This distortion of the erotic’s power reinforces docility, obedience, and external definition, all of which contribute to the cycle of oppression through the process of dehumanization. Morality and equality are irrelevant in the face of a man’s libido, and it is this farce of societal understanding that Morrison emphasizes through her portrayal of sex in Sula. The titular character operates beneath the understanding of sex as “pleasant and frequent, but otherwise unremarkable,” (Morrison 44). However, this is an understanding of sex not widely shared by the women in the community in which Sula lives. The entire town is aware that this is an attitude Sula inherited from her mother, who in turn inherited it from her mother; “manlove” is the most valued heirloom belonging to the Peace family. However, this thinking is what causes the community of the Bottom to regard Sula as an instrument of evil, as doing the devil’s bidding; she is different, and immune to their judgments that come constantly and without understanding, and thus she is alienated from all others. The tragedy and travesty of this outlook on sex is that is far from being equally applied. The men of the Bottom are more than enthusiastic participants in the sex that Sula is made an outcast for, and yet they face no reprimands, no punishment. Just as boys will be boys, men will be men –– this is both the definition and the justification for their behavior. This outlook on sex prevents human connection in Sula; much of the community hinges upon it, and yet no one understands it, or even attempts to.
Díaz illustrates sex in The Brief Wondrous Life of Oscar Wao as being representative of deeply problematic gender stereotypes. Masculinity in the novel is measured by the timeless method of notches in the belt; the more women a man sleeps with the more he is considered a man. Men are the main villains in the novel, portrayed mainly through their treatment of women; over and over again, men treat women like objects, use them to satisfy themselves and toss them aside like trash when they are done. Women are inherently involved in sex, but not appreciated. Sex is not theirs to be enjoyed, only to be taken from them, with or without their consent. Communities in the novel love sex, take great pride in it, but it also prevents human connection. Sex in the novel very clearly draws a line, between gender equality among men and women, but also among the single side of men; throughout the novel, Oscar is mocked and ridiculed for being less of a man and less of a Dominican for his lack of sex. In his final letter, Oscar reveals that he has finally had sex, and of the experience he writes “So this is what everybody [is] always talking about! Diablo! If only [he had] known. The beauty! The beauty!” (Díaz 353). Díaz spends a majority of The Brief Wondrous Life of Oscar Wao documenting the forces of evil in this world—despair, loneliness, colonialism, Trujillo—but he ends it all with this passage. He ends it all with a letter that affirms life and beauty and sex, but only with the woman involved being a loving, willing participant enjoying the sex.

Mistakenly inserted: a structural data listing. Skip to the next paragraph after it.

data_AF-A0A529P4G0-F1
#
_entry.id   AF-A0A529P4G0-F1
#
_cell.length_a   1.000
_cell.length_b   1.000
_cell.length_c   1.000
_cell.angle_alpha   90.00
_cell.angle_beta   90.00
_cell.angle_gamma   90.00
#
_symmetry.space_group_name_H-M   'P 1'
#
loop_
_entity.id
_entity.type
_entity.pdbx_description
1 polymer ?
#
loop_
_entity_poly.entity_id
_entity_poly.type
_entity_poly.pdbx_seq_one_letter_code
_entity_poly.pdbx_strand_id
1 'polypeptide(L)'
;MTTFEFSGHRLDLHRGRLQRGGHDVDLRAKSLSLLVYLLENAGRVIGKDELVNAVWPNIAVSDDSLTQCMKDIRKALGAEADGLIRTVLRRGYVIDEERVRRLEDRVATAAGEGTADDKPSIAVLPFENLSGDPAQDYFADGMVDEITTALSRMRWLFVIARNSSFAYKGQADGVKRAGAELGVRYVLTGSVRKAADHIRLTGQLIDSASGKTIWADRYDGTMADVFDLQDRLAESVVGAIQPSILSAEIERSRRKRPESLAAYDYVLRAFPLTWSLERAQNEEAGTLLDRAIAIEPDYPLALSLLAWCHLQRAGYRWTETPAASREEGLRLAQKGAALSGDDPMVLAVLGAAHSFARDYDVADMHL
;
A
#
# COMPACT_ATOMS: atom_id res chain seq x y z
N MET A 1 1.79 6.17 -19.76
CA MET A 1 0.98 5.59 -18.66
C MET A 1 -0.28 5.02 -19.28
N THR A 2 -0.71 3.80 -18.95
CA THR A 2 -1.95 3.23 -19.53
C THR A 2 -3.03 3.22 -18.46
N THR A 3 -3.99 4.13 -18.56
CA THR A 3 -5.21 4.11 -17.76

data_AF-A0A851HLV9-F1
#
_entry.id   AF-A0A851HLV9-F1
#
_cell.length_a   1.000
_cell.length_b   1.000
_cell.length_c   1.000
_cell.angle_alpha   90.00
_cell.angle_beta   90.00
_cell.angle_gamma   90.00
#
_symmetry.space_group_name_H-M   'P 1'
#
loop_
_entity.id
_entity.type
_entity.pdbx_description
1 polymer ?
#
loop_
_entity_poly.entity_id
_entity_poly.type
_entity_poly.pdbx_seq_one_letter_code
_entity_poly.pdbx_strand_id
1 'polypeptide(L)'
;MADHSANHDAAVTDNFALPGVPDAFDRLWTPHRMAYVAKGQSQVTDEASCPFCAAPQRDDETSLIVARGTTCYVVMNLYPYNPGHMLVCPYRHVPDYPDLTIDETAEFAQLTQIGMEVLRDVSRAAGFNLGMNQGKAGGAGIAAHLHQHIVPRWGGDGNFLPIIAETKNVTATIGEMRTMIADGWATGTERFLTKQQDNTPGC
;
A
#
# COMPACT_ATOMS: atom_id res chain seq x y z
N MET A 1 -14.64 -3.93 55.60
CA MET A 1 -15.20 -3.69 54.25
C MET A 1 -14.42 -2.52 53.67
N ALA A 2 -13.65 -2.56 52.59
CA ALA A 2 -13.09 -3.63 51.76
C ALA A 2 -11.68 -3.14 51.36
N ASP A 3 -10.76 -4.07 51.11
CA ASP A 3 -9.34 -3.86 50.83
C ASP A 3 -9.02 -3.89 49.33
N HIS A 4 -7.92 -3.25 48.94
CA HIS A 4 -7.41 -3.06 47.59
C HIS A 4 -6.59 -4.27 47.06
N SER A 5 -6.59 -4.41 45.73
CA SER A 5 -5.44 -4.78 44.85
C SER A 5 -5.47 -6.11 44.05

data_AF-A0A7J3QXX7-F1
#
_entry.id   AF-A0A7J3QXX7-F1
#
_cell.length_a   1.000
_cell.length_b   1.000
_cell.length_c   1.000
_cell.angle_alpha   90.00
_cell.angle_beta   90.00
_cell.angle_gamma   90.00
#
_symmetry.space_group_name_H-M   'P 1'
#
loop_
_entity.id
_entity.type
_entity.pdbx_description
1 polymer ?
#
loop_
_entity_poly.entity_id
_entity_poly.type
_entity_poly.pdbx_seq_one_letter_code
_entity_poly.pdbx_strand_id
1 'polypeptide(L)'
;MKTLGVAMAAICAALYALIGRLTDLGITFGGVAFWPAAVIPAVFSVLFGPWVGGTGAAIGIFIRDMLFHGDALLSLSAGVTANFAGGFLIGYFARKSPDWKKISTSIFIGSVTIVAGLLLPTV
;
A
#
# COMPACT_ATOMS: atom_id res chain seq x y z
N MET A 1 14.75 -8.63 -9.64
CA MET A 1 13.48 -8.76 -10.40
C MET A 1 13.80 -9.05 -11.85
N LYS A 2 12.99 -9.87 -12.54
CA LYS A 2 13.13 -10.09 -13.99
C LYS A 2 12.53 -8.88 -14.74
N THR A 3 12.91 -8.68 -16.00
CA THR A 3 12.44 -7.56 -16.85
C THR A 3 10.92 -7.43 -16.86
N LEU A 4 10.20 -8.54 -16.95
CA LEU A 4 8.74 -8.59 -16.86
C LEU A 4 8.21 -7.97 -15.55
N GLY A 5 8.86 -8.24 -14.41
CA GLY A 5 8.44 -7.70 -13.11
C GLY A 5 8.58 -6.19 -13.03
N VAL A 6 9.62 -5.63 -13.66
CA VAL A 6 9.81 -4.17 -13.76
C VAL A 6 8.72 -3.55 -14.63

Sex is often misunderstood and mis-characterized, both in spite of and because of its prevalence in society. It literally creates life, and it serves as a definition of life for some, but often for the wrong reasons. It is something often taken by men, with or without the permission of women, and in this it becomes a tool used to perpetuate inequality, to oppress women. Lorde, Morrison, and Díaz all take less than common stances on the topic of sex, and proclaim it as something that needs to be claimed and redefined by women, for their empowerment and betterment, and ultimately for the empowerment and betterment of society as a whole.